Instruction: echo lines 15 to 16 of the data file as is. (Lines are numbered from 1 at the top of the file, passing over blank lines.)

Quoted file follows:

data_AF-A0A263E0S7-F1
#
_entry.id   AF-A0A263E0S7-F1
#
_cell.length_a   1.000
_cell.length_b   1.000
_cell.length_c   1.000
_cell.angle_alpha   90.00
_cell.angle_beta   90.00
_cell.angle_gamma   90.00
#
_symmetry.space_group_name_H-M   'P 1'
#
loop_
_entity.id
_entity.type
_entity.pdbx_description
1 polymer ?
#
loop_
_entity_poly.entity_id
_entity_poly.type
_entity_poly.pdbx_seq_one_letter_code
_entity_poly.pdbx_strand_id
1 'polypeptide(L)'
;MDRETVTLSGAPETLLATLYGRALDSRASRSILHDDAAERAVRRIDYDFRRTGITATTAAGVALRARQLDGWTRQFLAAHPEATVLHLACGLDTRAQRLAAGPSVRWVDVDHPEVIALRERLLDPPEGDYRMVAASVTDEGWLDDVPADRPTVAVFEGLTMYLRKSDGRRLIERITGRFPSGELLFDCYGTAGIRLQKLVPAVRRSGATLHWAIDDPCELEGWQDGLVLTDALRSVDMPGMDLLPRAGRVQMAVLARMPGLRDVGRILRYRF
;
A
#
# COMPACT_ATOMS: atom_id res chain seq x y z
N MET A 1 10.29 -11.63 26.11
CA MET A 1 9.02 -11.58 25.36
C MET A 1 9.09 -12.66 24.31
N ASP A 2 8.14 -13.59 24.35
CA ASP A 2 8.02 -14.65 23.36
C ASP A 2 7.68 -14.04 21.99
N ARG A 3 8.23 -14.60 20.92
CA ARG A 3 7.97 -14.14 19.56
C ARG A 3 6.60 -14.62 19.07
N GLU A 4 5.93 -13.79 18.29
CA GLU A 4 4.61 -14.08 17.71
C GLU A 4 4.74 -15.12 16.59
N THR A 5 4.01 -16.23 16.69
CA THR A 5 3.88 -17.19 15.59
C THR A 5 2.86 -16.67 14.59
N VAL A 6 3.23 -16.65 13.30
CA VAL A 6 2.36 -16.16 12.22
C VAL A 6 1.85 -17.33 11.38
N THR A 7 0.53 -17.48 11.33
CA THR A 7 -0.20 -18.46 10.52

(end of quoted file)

_entity.id
_entity.type